Children no longer seem to be doing things because they enjoy it or have fun doing them. As parents we want the best for our children — the best defined by the school or college they attend as that will define their education, their personality and who they will eventually become. Right?
If that was truly the case then why are not all the students who graduate from the same Ivy League college or class leading equally successful and fulfilled lives?
Parents are enrolling their children for summer schools so that seven years down the line when they apply for university admissions it’ll look good on their application. So, sorry kids — no sleeping in late, playing with neighbours, watching endless movies or reading books cuddled in bed. We need to remember the checklist that will get you into an Ivy League college.
Even extra-curricular activities that are meant to be pursued by children for their passion has to have an “end benefit” linked to college admissions. If you are learning to play the piano, just stick to the curriculum and get your credits to make it count. If you are playing football, be part of the team so that your participation can make it count. If you sing, then oh don’t just sing for, be part of a band in school and perform on stage to make it count.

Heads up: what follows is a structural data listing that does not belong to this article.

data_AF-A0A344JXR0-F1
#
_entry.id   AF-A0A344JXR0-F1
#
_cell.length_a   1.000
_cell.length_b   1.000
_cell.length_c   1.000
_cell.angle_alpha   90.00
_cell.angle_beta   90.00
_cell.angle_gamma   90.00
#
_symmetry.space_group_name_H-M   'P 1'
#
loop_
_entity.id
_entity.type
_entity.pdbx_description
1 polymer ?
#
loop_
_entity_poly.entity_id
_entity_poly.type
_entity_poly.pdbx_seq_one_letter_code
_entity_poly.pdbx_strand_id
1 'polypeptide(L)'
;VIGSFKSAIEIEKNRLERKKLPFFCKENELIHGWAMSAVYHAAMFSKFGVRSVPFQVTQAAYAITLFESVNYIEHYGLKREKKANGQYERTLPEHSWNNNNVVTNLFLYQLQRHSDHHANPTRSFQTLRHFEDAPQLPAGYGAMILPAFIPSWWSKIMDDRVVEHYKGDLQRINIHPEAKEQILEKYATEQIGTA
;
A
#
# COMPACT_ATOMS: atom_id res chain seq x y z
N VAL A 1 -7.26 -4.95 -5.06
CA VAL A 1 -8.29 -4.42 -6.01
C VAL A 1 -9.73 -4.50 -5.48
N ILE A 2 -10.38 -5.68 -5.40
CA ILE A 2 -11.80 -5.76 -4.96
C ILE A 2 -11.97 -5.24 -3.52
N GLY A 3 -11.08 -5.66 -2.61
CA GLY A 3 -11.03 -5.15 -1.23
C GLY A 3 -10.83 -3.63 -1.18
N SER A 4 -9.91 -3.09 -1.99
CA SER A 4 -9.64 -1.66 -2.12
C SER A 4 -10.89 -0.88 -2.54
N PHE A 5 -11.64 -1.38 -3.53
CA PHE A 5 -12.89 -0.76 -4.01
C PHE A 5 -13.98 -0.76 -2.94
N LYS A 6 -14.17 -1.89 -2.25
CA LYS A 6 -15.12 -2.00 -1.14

Childhood is no longer meant to be fun, chaotic, messy — it’s become a number game, where every activity you do needs to be awarded credits. Oh and make friends whose parents can get you a summer job — make it count.
Yet, parents want their children to have clarity around their goals. How can children — who are being boxed into one activity after another to pursue something so far in the distance, who are not allowed to follow their intuition, whose instincts are suppressed — then know how to look within to know what it is they truly want to pursue?
Your children are more than the school or college they graduate from. What determines their success and fulfilment in life are their experiences, values and life skills they imbibe along the way, and their childhood plays a huge part in that development — a childhood which is carefree, messy, full of fights and failures. Enrolling them into the “make it count” game too early on will make them miss out on their childhood.
This is an interactive column on parenting skills and child behaviour. If you have a query, write to firstname.lastname@example.org
Sunaina Vohra is a certified Youth and Family Life Coach at Athena Life Coaching in Dubai. For more information log on to www.athenalifecoaching.com or call (+971) 56-1399033.